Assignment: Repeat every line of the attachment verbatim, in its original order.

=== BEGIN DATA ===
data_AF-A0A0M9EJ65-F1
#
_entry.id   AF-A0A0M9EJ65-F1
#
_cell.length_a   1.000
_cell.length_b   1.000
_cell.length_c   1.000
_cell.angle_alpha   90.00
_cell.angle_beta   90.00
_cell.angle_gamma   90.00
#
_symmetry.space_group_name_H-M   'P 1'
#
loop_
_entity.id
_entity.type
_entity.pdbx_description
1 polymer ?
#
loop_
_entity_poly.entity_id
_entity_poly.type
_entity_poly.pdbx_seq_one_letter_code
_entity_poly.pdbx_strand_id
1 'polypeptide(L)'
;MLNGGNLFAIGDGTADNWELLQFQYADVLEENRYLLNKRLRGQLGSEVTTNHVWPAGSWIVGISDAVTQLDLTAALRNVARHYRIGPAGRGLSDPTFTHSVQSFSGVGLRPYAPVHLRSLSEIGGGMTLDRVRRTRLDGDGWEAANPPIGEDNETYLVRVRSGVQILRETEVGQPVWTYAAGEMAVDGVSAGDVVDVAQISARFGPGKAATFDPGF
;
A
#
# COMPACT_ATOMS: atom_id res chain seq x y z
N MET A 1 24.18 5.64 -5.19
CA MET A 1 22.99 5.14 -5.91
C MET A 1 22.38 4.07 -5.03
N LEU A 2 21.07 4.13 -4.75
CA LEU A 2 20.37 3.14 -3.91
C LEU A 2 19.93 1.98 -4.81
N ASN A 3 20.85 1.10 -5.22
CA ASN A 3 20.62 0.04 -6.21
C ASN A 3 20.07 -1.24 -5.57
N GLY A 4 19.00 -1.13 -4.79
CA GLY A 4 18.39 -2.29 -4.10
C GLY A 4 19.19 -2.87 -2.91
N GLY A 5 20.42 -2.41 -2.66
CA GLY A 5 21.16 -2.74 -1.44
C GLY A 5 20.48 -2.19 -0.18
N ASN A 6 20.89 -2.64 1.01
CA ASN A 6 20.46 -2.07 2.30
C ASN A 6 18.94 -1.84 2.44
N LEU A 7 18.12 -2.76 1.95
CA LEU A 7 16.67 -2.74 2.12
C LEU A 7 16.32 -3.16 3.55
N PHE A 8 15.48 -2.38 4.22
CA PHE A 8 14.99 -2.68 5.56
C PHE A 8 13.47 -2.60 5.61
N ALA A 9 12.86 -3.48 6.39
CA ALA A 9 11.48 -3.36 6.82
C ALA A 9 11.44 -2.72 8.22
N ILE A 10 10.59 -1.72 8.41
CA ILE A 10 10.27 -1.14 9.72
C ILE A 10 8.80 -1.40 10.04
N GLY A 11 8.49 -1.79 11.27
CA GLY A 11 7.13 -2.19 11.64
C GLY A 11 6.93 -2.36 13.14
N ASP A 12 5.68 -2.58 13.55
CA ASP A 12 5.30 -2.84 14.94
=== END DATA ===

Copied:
data_AF-A0A0M9EJ65-F1
#
_entry.id   AF-A0A0M9EJ65-F1
#
_cell.length_a   1.000
_cell.length_b   1.000
_cell.length_c   1.000
_cell.angle_alpha   90.00
_cell.angle_beta   90.00
_cell.angle_gamma   90.00
#
_symmetry.space_group_name_H-M   'P 1'
#
loop_
_entity.id
_entity.type
_entity.pdbx_description
1 polymer ?
#
loop_
_entity_poly.entity_id
_entity_poly.type
_entity_poly.pdbx_seq_one_letter_code
_entity_poly.pdbx_strand_id
1 'polypeptide(L)'
;MLNGGNLFAIGDGTADNWELLQFQYADVLEENRYLLNKRLRGQLGSEVTTNHVWPAGSWIVGISDAVTQLDLTAALRNVARHYRIGPAGRGLSDPTFTHSVQSFSGVGLRPYAPVHLRSLSEIGGGMTLDRVRRTRLDGDGWEAANPPIGEDNETYLVRVRSGVQILRETEVGQPVWTYAAGEMAVDGVSAGDVVDVAQISARFGPGKAATFDPGF
;
A
#
# COMPACT_ATOMS: atom_id res chain seq x y z
N MET A 1 24.18 5.64 -5.19
CA MET A 1 22.99 5.14 -5.91
C MET A 1 22.38 4.07 -5.03
N LEU A 2 21.07 4.13 -4.75
CA LEU A 2 20.37 3.14 -3.91
C LEU A 2 19.93 1.98 -4.81
N ASN A 3 20.85 1.10 -5.22
CA ASN A 3 20.62 0.04 -6.21
C ASN A 3 20.07 -1.24 -5.57
N GLY A 4 19.00 -1.13 -4.79
CA GLY A 4 18.39 -2.29 -4.10
C GLY A 4 19.19 -2.87 -2.91
N GLY A 5 20.42 -2.41 -2.66
CA GLY A 5 21.16 -2.74 -1.44
C GLY A 5 20.48 -2.19 -0.18
N ASN A 6 20.89 -2.64 1.01
CA ASN A 6 20.46 -2.07 2.30
C ASN A 6 18.94 -1.84 2.44
N LEU A 7 18.12 -2.76 1.95
CA LEU A 7 16.67 -2.74 2.12
C LEU A 7 16.32 -3.16 3.55
N PHE A 8 15.48 -2.38 4.22
CA PHE A 8 14.99 -2.68 5.56
C PHE A 8 13.47 -2.60 5.61
N ALA A 9 12.86 -3.48 6.39
CA ALA A 9 11.48 -3.36 6.82
C ALA A 9 11.44 -2.72 8.22
N ILE A 10 10.59 -1.72 8.41
CA ILE A 10 10.27 -1.14 9.72
C ILE A 10 8.80 -1.40 10.04
N GLY A 11 8.49 -1.79 11.27
CA GLY A 11 7.13 -2.19 11.64
C GLY A 11 6.93 -2.36 13.14
N ASP A 12 5.68 -2.58 13.55
CA ASP A 12 5.30 -2.84 14.94